The specific behavioral repertory of differentiated individuals in a social system.
Roles are constructed through conditioning, training and learning within the individuals. This process is transgenerational and is needed to maintain the continuity through time of the social system (time-binding).
Any society needs a variety of different roles in order to fulfill the various functions needed for its survival. In very complex human systems, roles become evermore differentiated.
Any individual or element has generally a variety of roles in her/his/its society or system, each one related to some specific situation or circumstances. As observed by F.K. BERRIEN, "role behavior" (output), is generally "a response to the role expectations by others (their outputs serving as inputs to the behaver)"(1968, p.106).
Roles can be modified even in insect societies (see: Sociotomy). In human systems, the repertory itself, that corresponds with a specific role, can be modified in an adaptive way. Moreover, any individual adopts normally a succession of different roles during her/his/its lifetime.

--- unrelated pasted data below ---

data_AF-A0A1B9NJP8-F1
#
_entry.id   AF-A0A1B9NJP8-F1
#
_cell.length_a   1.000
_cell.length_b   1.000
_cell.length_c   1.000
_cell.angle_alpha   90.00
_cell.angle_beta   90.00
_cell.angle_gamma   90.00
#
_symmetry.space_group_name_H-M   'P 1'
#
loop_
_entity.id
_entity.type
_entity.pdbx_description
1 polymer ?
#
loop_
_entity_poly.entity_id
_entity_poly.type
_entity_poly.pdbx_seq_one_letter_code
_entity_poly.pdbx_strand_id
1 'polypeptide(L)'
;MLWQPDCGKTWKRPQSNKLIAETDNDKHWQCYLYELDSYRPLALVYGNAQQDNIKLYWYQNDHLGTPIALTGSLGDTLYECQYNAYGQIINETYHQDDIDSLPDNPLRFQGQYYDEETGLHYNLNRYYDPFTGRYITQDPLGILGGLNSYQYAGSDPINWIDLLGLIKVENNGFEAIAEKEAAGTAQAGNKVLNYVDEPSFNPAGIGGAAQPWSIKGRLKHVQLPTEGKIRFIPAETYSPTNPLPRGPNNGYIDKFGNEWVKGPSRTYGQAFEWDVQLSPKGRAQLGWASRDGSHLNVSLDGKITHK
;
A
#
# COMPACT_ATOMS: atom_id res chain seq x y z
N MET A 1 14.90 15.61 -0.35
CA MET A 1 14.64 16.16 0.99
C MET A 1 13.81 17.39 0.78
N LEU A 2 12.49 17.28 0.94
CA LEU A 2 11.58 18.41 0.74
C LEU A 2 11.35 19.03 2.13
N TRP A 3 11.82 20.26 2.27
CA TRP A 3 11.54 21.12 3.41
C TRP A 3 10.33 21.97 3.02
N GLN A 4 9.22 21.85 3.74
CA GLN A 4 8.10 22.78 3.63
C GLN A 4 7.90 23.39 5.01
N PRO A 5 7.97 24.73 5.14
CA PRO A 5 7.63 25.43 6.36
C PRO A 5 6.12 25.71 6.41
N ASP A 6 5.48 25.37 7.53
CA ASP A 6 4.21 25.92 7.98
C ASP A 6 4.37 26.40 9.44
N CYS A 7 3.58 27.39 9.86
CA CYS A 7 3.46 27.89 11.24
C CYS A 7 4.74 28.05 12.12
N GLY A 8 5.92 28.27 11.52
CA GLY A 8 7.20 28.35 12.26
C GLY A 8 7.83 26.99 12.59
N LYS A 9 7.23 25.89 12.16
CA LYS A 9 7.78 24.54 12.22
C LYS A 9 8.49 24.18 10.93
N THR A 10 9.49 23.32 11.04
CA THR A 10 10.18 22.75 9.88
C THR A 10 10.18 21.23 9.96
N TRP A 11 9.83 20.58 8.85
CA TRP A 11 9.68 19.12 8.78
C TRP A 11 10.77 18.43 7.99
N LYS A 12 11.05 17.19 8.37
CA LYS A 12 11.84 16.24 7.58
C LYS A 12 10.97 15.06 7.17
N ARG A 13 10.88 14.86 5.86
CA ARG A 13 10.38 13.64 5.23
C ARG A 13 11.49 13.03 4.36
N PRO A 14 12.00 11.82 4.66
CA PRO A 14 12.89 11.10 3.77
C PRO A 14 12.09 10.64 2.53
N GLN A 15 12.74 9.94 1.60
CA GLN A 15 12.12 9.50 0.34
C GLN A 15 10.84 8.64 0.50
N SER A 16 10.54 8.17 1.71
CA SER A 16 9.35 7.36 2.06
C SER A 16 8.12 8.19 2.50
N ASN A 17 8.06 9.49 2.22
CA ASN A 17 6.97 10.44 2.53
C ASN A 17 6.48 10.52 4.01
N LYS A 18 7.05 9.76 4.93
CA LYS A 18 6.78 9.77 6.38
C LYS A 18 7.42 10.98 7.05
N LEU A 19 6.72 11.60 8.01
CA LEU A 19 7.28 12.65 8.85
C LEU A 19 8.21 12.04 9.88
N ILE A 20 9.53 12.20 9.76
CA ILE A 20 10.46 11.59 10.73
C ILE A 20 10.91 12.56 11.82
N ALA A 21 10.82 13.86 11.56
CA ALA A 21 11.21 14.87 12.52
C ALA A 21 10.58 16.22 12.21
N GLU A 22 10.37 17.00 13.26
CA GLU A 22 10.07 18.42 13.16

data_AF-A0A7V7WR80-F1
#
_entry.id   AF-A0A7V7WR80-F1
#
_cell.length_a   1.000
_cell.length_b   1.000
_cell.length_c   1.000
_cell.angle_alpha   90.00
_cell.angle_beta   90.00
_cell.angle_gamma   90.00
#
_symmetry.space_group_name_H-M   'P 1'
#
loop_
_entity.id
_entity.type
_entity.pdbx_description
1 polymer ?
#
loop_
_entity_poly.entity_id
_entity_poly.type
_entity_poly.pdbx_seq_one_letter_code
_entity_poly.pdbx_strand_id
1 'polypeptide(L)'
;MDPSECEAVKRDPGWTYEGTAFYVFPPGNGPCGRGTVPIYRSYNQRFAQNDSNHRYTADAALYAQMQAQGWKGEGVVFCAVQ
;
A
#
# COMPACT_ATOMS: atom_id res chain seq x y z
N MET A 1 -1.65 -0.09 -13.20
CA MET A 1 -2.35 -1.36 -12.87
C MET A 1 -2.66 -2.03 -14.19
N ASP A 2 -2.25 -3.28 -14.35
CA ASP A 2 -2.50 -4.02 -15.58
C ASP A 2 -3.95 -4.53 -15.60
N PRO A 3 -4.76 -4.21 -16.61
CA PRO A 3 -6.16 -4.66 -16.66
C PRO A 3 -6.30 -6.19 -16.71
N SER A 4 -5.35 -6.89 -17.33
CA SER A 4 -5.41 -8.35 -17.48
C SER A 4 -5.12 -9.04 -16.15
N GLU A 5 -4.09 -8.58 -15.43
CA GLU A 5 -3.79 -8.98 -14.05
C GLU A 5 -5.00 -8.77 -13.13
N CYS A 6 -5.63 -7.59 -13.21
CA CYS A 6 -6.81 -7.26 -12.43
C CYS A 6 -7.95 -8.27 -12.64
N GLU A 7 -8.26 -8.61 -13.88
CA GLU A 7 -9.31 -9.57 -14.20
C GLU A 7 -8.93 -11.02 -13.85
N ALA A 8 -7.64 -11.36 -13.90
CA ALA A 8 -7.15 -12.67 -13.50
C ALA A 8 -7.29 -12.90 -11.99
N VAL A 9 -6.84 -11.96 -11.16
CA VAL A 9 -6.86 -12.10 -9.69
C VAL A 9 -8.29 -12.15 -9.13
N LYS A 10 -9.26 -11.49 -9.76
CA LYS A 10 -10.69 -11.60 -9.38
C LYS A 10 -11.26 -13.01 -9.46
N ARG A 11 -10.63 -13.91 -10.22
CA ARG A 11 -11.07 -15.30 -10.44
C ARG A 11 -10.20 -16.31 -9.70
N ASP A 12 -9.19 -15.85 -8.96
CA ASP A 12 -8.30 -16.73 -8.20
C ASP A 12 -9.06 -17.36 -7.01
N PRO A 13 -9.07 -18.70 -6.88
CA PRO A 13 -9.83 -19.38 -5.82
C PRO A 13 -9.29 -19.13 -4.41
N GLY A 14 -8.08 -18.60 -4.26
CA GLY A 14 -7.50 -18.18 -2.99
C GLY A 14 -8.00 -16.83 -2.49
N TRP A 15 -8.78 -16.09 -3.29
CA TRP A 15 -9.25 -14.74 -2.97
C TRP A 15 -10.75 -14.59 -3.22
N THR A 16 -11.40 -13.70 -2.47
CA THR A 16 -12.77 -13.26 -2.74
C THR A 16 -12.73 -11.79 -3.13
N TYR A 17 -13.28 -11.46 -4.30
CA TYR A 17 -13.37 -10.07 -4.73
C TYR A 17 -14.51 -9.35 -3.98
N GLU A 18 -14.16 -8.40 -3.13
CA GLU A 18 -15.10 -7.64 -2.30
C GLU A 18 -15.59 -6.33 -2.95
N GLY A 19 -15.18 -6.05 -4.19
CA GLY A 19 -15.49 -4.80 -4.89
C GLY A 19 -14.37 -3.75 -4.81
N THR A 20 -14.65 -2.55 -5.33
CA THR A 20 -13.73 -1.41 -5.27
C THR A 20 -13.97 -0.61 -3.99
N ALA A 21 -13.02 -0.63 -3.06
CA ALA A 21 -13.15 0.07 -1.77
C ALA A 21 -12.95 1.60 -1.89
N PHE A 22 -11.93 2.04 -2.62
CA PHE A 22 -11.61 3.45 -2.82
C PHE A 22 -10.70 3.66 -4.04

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To cite this page, please use the following information:
Bertalanffy Center for the Study of Systems Science (2020). Title of the entry. In Charles François (Ed.), International Encyclopedia of Systems and Cybernetics (2). Retrieved from www.systemspedia.org/[full/url]
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